Reading into con­nec­tions

Toronto Star - - BOOKS - Robert Wiersema’s lat­est book is Seven Crow Sto­ries, out now. ROBERT WIERSEMA SPE­CIAL TO THE STAR

De­spite the high-pro­file pub­lic­ity around the world of books and pub­lish­ing (con­sider the num­ber of lit­er­ary prizes awarded in the last few months and the plethora of Best of 2016 lists all around us), the act of reading is it­self ut­terly per­sonal. How we re­act to a book, how we con­nect with a story, is com­pletely sub­jec­tive, largely im­mune to any sense of ob­jec­tive qual­ity or ac­claim (my con­tin­ued fond­ness for the nov­els of Dan Brown of The Da Vinci Code fame, de­spite their myr­iad prob­lems, is an on­go­ing tes­ti­mony to this).

The in­ti­mate con­nec­tion be­tween reader and book is at the heart of Am I Alone Here?: Notes on Liv­ing to Read and Reading to Live, the new col­lec­tion of es­says from award-win­ning fic­tion writer Peter Orner. As Orner writes in his “Notes for an In­tro­duc­tion” — which he as­serts he is com­pos­ing in the garage which serves as his of­fice, in which there is no longer any shelf space for new books —“fic­tion isn’t ma­chin­ery, it’s alchemy.”

The es­says in Am I Alone Here ex­plore that very per­sonal alchemy, as Orner re­counts the par­tic­u­lar books that spoke to him, or with which he con­nected in some way (one sus­pects it’s a sam­pling, not an ex­haus­tive list).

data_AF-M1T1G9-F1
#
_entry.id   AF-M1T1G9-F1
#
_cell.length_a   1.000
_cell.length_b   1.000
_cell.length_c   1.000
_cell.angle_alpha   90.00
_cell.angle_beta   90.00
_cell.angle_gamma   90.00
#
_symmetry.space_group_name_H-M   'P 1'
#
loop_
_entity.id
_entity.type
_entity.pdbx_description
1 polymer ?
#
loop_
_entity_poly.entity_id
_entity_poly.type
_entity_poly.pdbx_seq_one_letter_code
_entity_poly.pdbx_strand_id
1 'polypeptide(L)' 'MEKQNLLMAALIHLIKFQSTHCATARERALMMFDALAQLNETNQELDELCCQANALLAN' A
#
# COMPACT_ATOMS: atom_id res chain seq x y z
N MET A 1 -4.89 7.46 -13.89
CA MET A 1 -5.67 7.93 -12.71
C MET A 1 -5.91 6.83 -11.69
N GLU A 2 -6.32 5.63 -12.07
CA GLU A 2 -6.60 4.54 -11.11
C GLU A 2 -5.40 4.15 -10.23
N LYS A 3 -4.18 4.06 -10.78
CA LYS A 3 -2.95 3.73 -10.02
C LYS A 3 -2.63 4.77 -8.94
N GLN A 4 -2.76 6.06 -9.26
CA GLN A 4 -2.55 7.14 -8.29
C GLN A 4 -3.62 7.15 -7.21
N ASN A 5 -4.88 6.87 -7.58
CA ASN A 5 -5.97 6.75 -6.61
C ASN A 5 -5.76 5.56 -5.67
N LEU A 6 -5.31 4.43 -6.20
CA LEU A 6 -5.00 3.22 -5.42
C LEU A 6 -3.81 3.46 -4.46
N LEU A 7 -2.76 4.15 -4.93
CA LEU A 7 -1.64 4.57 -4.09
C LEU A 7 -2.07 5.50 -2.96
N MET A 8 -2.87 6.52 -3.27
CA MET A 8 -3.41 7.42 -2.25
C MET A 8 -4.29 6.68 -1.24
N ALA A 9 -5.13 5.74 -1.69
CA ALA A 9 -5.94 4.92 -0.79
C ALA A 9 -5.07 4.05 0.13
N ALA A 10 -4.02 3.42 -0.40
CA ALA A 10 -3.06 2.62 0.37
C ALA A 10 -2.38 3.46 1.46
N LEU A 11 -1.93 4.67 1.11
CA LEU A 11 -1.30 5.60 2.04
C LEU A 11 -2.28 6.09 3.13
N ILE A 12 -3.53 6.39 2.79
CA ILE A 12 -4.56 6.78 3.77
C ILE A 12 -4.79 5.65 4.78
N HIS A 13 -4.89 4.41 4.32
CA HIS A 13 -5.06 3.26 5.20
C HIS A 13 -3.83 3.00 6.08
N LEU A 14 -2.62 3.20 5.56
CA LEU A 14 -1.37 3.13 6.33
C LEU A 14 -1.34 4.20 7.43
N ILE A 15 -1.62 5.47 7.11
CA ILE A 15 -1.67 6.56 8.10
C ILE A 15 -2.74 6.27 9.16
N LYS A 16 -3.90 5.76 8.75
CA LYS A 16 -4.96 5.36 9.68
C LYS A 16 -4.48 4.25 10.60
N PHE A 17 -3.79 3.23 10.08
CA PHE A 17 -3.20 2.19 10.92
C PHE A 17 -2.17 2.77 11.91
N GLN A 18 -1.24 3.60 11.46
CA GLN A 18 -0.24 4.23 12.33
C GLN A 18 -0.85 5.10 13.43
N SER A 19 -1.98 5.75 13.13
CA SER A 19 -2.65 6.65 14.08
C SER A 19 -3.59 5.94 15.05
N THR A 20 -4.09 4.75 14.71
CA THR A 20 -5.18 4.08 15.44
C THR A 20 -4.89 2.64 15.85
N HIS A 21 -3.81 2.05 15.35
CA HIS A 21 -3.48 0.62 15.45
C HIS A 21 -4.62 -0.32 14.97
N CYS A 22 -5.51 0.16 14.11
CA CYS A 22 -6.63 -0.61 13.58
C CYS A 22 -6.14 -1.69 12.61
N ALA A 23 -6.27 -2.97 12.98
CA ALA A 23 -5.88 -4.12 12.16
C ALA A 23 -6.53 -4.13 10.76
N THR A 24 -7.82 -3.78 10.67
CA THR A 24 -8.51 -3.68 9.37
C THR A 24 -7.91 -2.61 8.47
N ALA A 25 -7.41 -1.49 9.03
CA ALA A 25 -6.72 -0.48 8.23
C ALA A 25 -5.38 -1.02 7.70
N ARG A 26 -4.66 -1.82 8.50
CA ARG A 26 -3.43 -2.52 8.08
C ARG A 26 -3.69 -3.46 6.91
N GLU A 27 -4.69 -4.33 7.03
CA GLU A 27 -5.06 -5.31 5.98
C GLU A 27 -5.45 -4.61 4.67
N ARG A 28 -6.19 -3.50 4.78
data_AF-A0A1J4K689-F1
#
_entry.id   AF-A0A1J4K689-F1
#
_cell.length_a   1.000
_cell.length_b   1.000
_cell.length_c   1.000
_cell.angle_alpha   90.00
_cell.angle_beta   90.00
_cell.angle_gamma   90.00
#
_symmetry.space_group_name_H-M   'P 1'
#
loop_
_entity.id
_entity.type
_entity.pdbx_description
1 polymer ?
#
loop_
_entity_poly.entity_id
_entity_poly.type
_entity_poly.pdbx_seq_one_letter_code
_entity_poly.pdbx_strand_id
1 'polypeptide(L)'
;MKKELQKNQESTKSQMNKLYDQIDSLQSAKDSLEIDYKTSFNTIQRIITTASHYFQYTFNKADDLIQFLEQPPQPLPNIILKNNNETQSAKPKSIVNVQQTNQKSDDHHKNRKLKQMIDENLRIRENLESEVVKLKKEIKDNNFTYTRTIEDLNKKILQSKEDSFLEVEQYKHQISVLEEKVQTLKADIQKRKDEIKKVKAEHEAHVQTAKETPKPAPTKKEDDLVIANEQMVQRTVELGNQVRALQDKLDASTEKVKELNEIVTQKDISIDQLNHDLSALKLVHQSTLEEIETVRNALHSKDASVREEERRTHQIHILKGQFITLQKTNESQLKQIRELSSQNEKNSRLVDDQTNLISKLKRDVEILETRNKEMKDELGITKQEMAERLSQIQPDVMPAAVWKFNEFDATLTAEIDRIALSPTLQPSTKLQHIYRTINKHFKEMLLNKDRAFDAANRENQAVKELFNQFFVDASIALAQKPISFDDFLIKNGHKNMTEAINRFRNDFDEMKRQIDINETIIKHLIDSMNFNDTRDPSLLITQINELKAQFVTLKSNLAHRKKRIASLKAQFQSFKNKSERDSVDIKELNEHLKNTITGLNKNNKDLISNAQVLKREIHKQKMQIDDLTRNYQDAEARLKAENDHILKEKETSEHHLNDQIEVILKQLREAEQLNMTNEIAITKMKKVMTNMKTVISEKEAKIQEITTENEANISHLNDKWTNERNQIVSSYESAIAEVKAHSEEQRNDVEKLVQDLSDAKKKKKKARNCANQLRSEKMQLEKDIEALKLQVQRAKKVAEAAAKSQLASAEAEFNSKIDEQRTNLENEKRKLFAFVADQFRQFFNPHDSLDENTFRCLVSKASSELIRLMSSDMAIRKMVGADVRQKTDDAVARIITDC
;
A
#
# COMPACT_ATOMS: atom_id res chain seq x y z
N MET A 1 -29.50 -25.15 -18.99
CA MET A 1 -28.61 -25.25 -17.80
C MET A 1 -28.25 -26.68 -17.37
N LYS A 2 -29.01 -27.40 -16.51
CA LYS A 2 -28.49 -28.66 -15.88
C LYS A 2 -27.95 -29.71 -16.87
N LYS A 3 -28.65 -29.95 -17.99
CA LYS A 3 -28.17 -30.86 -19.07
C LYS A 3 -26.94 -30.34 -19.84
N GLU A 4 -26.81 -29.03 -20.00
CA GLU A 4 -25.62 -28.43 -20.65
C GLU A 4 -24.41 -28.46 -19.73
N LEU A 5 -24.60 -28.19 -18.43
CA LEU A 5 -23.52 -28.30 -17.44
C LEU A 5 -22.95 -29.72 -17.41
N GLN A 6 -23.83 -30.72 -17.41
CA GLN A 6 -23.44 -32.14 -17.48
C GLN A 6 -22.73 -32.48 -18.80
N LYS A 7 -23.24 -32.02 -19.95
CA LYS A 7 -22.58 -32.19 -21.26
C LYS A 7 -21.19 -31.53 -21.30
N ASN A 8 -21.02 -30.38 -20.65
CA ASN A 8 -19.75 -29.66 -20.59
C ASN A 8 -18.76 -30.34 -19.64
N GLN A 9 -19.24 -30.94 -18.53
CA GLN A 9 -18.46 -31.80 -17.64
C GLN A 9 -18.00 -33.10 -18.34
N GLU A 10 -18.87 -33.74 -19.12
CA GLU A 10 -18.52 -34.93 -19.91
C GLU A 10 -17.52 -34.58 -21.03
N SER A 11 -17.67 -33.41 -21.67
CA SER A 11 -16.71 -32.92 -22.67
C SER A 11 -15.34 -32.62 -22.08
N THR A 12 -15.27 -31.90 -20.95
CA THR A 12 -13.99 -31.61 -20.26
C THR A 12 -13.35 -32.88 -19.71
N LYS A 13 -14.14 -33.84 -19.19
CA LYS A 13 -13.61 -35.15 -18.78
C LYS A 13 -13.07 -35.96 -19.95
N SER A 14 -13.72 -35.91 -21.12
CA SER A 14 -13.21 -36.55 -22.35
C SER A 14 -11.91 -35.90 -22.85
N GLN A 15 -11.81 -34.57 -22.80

In dis­cus­sions of books rang­ing from A.S. By­att’s The Matisse Sto­ries to Moby Dick to Vir­ginia Woolf’s To The Light­house and dozens of oth­ers, Orner ex­plores not only the works them­selves but, to a greater de­gree, how they be­came im­por­tant to him, il­lu­mi­nat­ing cor­ners of his mind and soul, res­onat­ing against his per­sonal ex­pe­ri­ences. That these ex­pe­ri­ences in­clude the end of his mar­riage, his role as a par­ent and the death of his es­tranged fa­ther lends the book a power that seems to be greater than the sum of its parts.

Am I Alone Here isn’t quite lit­er­ary crit­i­cism, nor is it quite a mem­oir. Rather, it feels like an act of self-ex­plo­ration and rev­e­la­tion. As a re­sult, one ex­pe­ri­ences a fresh un­der­stand­ing of the books, but also a keen em­pa­thy for, and con­nec­tion with, Orner him­self. Read­ers will come away from Am I Alone Here with a sig­nif­i­cant reading list; I’m start­ing with Orner’s own fic­tion.

Am I Alone Here, by Peter Orner, Cat­a­pult, 276 pages, $24.50.

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